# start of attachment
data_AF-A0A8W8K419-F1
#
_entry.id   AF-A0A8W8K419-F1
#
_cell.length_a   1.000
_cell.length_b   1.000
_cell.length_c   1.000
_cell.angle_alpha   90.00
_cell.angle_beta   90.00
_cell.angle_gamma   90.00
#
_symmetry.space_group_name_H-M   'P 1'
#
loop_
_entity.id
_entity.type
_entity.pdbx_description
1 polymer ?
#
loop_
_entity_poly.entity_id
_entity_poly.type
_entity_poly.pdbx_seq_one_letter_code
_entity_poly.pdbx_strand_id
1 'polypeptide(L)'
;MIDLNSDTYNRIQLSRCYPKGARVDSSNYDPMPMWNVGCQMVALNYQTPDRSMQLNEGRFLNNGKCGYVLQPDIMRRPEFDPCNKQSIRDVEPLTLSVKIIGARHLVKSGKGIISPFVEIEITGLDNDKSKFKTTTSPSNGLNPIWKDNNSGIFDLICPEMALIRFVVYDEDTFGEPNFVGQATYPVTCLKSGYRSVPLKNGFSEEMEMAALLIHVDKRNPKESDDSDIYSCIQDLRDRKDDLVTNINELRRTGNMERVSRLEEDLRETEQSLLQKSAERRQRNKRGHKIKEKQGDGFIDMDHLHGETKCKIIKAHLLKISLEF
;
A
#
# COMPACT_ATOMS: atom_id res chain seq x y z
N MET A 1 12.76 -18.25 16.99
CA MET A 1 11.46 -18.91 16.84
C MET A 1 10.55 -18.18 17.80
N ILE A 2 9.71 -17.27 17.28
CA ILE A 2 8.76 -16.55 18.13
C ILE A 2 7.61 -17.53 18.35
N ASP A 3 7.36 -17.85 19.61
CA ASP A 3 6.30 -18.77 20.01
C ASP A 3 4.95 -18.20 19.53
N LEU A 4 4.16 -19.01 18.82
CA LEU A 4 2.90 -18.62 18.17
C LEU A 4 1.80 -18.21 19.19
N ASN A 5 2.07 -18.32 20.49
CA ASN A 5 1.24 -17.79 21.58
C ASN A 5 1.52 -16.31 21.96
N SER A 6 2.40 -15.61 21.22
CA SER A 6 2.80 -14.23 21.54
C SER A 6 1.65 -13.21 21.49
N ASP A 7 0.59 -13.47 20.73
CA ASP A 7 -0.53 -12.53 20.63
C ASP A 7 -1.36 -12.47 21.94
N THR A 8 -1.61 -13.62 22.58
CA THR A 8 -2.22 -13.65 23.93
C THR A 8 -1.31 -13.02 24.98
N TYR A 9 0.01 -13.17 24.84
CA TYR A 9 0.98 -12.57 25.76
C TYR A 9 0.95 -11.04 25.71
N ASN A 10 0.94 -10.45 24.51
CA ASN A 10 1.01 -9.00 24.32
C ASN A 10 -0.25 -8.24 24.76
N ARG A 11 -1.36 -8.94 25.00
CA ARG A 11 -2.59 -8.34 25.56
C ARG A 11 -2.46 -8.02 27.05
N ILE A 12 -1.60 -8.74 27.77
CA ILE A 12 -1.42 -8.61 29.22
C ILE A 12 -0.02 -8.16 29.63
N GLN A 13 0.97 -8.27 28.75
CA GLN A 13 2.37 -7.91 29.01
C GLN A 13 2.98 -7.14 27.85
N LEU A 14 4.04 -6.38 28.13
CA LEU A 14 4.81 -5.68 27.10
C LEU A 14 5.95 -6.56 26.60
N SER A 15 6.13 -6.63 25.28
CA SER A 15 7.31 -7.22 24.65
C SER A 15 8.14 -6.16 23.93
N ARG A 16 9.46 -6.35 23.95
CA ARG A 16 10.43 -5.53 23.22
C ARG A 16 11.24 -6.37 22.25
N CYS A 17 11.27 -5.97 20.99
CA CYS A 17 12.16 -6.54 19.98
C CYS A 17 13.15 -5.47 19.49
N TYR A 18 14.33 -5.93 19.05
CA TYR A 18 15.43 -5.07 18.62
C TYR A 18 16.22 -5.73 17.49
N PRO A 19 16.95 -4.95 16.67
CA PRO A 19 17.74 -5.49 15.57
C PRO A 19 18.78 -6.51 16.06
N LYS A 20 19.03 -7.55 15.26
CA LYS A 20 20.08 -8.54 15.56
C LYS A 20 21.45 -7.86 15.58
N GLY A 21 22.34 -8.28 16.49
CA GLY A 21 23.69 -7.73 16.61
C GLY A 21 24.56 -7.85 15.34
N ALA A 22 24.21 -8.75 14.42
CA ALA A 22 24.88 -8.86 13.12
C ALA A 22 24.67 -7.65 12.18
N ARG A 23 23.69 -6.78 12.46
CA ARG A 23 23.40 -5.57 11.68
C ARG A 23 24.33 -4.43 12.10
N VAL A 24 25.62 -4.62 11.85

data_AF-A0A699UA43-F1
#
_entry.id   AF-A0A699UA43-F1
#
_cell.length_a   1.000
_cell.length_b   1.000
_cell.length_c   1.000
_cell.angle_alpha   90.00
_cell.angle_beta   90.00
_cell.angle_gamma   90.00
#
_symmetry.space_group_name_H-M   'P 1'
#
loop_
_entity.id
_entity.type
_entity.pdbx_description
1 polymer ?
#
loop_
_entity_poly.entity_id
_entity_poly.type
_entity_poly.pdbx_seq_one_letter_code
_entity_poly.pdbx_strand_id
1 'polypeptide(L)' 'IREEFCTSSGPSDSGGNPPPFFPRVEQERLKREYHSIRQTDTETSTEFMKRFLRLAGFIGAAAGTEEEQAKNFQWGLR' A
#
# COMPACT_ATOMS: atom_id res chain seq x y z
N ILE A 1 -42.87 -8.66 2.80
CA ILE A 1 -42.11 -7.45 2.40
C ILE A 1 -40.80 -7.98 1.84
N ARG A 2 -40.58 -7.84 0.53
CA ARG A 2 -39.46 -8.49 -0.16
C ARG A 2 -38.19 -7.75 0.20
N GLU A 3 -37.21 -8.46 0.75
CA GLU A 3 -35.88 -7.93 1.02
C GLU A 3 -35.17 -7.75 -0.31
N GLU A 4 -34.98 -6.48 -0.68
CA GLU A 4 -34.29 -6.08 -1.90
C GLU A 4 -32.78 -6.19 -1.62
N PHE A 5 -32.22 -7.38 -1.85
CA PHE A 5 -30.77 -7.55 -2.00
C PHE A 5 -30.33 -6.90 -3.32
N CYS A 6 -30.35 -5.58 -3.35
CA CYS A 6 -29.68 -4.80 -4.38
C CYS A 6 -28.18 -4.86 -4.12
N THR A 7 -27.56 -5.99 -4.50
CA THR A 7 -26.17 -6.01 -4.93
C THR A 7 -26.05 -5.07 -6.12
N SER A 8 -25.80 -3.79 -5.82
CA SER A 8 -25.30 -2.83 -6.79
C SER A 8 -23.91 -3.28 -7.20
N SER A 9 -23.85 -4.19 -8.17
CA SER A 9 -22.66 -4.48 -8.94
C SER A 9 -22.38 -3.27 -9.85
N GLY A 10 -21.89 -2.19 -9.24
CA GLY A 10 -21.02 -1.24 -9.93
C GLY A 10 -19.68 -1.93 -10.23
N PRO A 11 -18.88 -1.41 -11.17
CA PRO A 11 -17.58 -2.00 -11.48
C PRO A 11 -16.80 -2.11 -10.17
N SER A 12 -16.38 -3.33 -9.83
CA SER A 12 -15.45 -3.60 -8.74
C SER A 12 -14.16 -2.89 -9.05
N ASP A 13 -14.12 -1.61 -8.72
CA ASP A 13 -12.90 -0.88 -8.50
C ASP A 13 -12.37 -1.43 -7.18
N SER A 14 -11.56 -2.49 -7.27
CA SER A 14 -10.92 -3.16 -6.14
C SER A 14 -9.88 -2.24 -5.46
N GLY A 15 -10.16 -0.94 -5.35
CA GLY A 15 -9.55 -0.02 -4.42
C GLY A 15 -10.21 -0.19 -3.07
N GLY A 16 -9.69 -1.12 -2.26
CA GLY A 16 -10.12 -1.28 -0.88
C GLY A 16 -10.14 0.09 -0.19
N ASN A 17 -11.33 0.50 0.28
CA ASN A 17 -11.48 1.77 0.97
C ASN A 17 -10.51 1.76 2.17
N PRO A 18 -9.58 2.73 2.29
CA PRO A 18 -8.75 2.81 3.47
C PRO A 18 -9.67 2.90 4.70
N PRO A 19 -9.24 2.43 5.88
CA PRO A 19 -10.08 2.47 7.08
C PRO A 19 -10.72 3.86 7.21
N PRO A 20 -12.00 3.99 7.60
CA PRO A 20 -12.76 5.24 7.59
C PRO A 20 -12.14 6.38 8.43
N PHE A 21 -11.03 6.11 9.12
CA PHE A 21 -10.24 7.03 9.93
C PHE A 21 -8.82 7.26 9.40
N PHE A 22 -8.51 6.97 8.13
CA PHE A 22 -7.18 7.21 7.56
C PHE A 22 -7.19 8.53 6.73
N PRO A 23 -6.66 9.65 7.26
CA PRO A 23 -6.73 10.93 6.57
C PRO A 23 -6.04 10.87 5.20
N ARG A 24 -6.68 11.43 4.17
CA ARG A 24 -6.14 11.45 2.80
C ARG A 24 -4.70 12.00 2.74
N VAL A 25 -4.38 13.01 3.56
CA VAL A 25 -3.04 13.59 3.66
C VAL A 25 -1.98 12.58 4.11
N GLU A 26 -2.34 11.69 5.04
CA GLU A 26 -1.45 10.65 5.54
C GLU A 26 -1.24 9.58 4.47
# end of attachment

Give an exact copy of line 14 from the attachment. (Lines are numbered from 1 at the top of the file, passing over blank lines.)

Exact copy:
loop_